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New Assembly Speaker Passes First Hurdle, More Challenges Ahead

Speaker Carl Heastie
Carl Heastie/ Twitter

The recently completed state budget was the first real test of the new New York State Assembly Speaker Carl Heastie’s leadership, who became the leader of that house in early February.  

By the time the state budget was voted on,  Heastie, the 47-year-old accountant and former budget analyst from the Bronx, elected to the Assembly in 2000, had  been in his new job for less than two months.

Heastie was elected Speaker on February 3 after the long time Speaker, Sheldon Silver, resigned. Silver was arrested and charged with running a multimillion dollar corruption scheme. 

“Make no mistake, today we begin a new chapter for the New York  State Assembly,” Heastie said in his first comments.

From the beginning, Heastie said he’d be different kind of speaker, and lead from the bottom up, letting the 105-member Democratic conference be his guide in budget negotiations. The answer he gave when asked about the possibility of the Assembly approving mixed martial arts in New York is typical of his self-effacing style. Heastie backs legalizing the sport; the previous speaker did not.

“I’ll still give my preference, but really it’s the conscience of the conference,” Heastie told reporters. “If the conference wants to move the bill forward, we’ll do that. If not, we won’t.”

Assemblyman Sean Ryan, from Lackawanna, was elected to the Assembly in 2012, 18 years into former Speaker Silver’s term. He says he was surprised at the lack of influence most rank and file members had, when he first attended the closed door party conferences where major decisions are made.

“It was a very hierarchical process,” Ryan said. “Where you’re often told more to listen, than to talk.”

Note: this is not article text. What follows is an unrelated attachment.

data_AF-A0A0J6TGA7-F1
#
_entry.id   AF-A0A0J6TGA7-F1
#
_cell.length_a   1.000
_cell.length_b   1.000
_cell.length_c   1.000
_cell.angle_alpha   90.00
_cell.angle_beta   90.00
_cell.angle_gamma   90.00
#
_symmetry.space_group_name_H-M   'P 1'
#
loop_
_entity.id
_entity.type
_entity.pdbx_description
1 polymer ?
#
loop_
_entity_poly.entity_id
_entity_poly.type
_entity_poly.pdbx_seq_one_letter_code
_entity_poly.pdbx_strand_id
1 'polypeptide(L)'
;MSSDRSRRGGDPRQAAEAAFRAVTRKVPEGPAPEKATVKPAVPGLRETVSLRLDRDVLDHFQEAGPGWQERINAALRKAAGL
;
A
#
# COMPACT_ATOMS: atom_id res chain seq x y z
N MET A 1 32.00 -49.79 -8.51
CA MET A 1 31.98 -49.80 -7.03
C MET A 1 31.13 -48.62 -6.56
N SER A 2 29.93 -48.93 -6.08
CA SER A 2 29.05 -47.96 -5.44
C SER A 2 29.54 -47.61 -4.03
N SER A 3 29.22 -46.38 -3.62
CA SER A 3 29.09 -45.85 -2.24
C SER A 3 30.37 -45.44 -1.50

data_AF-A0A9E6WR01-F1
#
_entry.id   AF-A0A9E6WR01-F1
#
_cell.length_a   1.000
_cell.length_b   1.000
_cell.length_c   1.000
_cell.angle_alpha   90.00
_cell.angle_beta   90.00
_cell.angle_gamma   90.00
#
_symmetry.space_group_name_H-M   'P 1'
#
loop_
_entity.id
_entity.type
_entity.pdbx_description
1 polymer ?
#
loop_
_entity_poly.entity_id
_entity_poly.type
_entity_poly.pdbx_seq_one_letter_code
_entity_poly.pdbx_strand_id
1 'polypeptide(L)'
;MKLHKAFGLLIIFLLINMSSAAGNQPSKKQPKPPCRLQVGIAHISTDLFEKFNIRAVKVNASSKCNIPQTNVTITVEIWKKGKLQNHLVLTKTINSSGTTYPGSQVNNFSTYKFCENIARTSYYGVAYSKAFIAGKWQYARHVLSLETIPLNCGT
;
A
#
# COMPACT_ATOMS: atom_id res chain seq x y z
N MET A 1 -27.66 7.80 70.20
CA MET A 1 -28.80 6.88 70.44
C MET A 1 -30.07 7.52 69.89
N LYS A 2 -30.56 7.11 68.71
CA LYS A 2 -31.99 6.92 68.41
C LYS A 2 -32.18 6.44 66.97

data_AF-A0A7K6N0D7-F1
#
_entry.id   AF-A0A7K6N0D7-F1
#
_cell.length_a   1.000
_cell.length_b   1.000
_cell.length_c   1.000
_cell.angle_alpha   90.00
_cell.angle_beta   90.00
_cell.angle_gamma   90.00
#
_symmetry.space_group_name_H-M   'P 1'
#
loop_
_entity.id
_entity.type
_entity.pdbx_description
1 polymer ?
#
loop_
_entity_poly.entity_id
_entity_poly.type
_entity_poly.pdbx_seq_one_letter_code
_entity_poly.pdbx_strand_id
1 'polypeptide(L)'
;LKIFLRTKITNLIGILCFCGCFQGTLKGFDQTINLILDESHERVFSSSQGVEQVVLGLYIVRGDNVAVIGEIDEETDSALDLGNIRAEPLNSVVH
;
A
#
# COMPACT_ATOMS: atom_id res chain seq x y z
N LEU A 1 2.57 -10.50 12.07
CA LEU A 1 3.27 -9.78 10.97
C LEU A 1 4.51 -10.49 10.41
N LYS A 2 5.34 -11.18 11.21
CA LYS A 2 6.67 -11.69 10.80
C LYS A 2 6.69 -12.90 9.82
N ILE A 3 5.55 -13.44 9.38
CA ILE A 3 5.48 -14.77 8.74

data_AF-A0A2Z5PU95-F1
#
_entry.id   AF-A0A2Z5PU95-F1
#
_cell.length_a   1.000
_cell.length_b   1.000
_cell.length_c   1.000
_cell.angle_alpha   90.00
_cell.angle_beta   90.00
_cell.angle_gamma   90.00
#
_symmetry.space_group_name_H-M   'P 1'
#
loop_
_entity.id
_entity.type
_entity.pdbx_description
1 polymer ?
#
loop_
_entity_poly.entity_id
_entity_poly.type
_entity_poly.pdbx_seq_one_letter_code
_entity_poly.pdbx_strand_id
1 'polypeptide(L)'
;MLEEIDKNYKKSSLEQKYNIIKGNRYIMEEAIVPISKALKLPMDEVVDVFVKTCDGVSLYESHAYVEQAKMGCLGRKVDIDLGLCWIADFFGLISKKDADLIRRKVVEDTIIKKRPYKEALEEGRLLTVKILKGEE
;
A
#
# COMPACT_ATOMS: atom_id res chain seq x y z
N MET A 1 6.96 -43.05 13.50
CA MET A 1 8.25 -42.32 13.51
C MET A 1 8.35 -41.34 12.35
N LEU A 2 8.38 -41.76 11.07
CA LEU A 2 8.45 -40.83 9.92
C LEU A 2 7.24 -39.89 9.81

He calls the atmosphere under the new speaker a “sea change,” and says Heastie served as a “head negotiator” for the Democrats, bringing their positions back to New York Governor Andrew Cuomo.

“He went to the governor, sometimes he came back with good news and sometimes he came back with bad news,” Ray said. “But often he was told 'that isn’t good enough,' and as a good head negotiator, he turned around, and went back down to the governor’s office and said ‘my conference is not going that way.’”

Heastie was more forceful in his opinions when he spoke out against Governor Cuomo’s practice of linking numerous unrelated items to the budget, including criminal justice reforms, and education policy changes.

“Legislators should not have to negotiate a budget under threats,” Heastie said, in a March 11 interview with public radio and television. “This is America. This is New York state."

In the end, Cuomo dropped nearly all of the extra items from the budget.

And it was Speaker Heastie who announced the budget agreement, before even Governor Cuomo had issued a  statement.

But Heastie and Assembly Democrats were bested by Cuomo when they were forced to accept a new teacher evaluation and tenure plan that is an anathema to their allies, the teachers’ union. And, when the extra measures were decoupled from the budget, it meant priority items for the Assembly like the DREAM Act, to give college aid to immigrants, and raising the minimum wage, were also stalled.

The new speaker has the remainder of the session to try for those issues, as well as win renewal of New York City’s large and complex rent regulation structure, which sunsets in June.

Former veteran Assemblyman Richard Brodsky, who is now a fellow at the Demos think-tank and at NYU’s Wagner School, says Heastie passed his first test.

“I think he did quite well,” Brodsky said.

Brodsky says the first two months for Heastie have focused on the “inside baseball,” of the budget machinations. He says the next step for  the new speaker, who was little-known to the public before his election, and who is rather media shy, will be to work to “repair the image” of the assembly, which has been damaged by corruption scandals.

“The legislature gets beaten up very badly, some of it, it deserves, some of it it doesn’t deserve,” said Brodsky, who said Heastie needs to “project an image of the legislature that the public understands and appreciates.”

Heastie may also need to repair his relationship with Governor Cuomo. In the end, the Assembly broke the governor’s proud string of on-time budgets, by finishing three hours into the new fiscal year. Many Democrats were uneasy with the governor’s new education policies, and, in a six-hour debate the speaker allowed them all to have their say.

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